No visitor comes to Taipei will leave without a visit to one of the city’s famous street markets. We picked Raohe Street Night Market (饒河街觀光夜市) at Songshan District. It was not only the wide varieties of food that excited us, but watching how each vendor earnestly prepared the food was also a fascinating experience.
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During Christmas, we made a brief visit to Taipei (台北), the capital city of Taiwan. On Christmas Eve, we purchased a last minute flight ticket and hopped onto a last minute red-eye flight to Taipei for a two-day visit.
07:15 Christmas Day – We arrived at Taipei’s Taoyuan Airport.
10:30 – We arrived at the National Palace Museum at the city’s outskirt. Its tremendous collection of Chinese artifacts and artworks is probably peerless in the world, with a majority of the pieces gathered from Beijing’s Forbidden City in the first half of the 20th century. We particularly enjoyed the Chinese paintings. The rotating display of the permanent painting collection currently on show is the works by Qiu Ying, one of the Four Masters of the Ming Dynasty.
14:45 – We returned by bus to Shilin, the closest metro station from the National Palace Museum. Adjacent to the station stood many small eateries. We picked one and had our first delicious meal of Taiwanese beef noodles and fish ball soup.
18:00 – We passed by an enormous Christmas Tree in a hotel lobby at Downtown Taipei. Despite Taiwan is not a Christian country, many hotel and restaurant owners decorate their stores to enhance the festive atmosphere of the city.
20:30 – We began our foodie stroll at Raohe Street, one of the most popular night markets in Taipei. We hopped from one stall to another, and sampled a number of delicious street food including charcoal oven baked black pepper buns, grilled squid, grilled scallops, seafood soup, salted black-skinned peanuts and tofu dessert.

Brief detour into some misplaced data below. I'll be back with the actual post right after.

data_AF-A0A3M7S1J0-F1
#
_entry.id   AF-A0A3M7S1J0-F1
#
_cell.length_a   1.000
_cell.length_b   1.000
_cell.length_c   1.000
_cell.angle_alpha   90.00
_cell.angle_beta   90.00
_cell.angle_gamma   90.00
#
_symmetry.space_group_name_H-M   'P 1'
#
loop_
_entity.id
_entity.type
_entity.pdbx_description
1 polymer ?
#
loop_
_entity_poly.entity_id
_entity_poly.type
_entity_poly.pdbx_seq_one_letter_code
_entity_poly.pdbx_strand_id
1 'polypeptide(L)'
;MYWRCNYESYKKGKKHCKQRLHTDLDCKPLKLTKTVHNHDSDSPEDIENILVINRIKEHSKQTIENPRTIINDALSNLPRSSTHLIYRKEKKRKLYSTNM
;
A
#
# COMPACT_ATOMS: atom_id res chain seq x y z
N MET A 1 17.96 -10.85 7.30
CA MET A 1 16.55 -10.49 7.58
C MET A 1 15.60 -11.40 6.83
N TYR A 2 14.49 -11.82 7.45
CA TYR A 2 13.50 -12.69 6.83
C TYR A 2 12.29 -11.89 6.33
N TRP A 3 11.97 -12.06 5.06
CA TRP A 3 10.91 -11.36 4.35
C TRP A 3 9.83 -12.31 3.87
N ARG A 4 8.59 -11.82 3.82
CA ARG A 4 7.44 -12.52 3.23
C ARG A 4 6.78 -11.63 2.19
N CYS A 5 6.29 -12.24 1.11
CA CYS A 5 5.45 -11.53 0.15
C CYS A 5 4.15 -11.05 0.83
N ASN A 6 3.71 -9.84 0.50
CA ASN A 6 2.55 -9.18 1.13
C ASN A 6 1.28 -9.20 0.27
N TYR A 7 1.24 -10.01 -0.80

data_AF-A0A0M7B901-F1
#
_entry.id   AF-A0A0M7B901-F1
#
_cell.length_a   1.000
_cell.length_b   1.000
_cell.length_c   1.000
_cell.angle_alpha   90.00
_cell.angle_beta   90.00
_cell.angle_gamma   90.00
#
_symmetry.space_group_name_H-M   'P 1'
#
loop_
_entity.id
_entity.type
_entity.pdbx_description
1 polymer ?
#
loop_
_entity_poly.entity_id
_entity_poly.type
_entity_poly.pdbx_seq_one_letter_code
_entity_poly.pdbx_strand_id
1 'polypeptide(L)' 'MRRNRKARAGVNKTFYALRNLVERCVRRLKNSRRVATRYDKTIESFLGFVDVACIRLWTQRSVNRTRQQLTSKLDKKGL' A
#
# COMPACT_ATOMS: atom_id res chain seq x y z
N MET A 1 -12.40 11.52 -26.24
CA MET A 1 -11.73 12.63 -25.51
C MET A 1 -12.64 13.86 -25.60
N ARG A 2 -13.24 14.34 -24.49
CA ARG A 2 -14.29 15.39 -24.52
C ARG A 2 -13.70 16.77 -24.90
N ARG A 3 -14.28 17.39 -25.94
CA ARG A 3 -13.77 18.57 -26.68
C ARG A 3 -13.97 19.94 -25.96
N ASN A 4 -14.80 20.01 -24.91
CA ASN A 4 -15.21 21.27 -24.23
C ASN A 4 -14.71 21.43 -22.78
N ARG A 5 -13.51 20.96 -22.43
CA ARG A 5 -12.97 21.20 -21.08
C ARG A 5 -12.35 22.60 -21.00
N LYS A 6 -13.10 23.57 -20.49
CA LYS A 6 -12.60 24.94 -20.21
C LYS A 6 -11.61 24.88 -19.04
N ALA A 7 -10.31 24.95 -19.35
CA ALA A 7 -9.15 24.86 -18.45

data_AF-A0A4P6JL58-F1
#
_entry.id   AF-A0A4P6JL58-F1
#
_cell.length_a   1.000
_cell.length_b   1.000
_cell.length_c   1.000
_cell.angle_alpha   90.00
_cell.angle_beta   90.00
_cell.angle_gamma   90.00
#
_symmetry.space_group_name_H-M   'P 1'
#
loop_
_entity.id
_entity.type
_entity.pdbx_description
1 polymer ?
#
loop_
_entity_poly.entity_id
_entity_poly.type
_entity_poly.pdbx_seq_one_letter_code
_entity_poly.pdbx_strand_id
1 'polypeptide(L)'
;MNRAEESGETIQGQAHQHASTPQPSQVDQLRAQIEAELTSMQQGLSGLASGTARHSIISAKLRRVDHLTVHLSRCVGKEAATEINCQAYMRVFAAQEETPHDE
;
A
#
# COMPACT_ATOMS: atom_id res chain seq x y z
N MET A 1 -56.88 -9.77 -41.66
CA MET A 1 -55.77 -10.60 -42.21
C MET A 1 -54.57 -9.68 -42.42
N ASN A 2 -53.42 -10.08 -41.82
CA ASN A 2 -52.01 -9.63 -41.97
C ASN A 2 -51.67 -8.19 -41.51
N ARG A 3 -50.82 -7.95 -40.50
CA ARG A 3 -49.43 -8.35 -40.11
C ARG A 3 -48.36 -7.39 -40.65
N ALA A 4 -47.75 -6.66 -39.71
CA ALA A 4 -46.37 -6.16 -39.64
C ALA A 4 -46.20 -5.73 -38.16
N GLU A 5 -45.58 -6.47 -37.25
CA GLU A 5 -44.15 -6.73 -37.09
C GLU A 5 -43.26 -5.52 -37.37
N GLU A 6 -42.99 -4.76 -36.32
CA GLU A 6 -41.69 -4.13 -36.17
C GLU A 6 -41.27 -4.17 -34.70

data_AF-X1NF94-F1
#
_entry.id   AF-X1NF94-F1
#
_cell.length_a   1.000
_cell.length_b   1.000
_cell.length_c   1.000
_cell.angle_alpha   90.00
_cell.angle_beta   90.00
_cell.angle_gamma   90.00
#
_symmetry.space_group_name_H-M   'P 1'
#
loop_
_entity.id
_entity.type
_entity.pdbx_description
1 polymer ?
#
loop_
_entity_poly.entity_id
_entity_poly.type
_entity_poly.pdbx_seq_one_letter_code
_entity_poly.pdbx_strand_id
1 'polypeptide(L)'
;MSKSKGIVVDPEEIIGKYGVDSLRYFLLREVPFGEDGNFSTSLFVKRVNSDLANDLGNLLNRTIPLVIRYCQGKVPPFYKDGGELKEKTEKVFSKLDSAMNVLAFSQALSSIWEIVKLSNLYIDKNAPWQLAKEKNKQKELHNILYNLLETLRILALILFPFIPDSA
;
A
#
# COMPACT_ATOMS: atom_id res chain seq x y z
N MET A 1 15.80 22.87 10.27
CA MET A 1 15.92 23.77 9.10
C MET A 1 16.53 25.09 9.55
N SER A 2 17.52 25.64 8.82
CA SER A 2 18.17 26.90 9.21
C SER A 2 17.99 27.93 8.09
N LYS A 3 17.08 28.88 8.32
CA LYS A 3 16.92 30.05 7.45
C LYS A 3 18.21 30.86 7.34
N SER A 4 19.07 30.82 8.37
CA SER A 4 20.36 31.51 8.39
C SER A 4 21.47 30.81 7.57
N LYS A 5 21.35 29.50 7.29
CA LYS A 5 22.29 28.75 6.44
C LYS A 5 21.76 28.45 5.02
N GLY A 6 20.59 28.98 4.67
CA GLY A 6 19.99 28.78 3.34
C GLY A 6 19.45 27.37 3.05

22:15 – After our visit to Raohe Street Night Market, we walked along the Keelung River. We stopped at the Rainbow Bridge for a while before calling it a day.
8:50 Boxing Day – We were on our way to Fuhang Soy Drink for breakfast and passed by Taipei’s largest Buddhist temple, Shandao Temple. It was built during the period under Japanese rule.
9:45 – After 45 minutes of queuing on the street, we finally made it to the counter of Fuhang Soy Drink. This busy eatery is located in a foodcourt, on the second level of a local market. Apparently it is very popular among the locals and tourists. We had two kinds of pancakes with egg and Chinese fried dough, a sticky rice bun, and two bowls of hot soy drinks, one sweet and one salty.
12:00 Taipei 101 (completed in 2004) is the tallest building in Taiwan. This skyscraper was awarded the LEED Platinum certification and designed to withstand earthquake and fierce wind. An observatory deck on the 89th floor is open for tourists but we chose to give it a pass because of poor weather.
13:00 We tried our first slush ice, one of the most popular dessert in Taipei.
13:45 A good friend of ours recommended us to try the beef noodle from Yong-Kang Beef Noodle. The queue was long but we didn’t want to miss the opportunity to taste one of the best beef noodle in Taipei.
15:00 We decided to visit one of Taipei’s temples and we chose Longshan Temple in Wanhua District. Longshan is the oldest temple in Taipei. The temple is dedicated to a number of deities including Buddhist, Taoist and some historical Chinese figures. This lively temple is exquisitely decorated in a Fujian style. The dragon columns and eaves are particularly wonderful.
18:00 Before heading out to the airport, we spent the remaining day in Songshan District. This quiet area has many little local cafes and eateries. We stopped by a hotpot restaurant for a quick supper.
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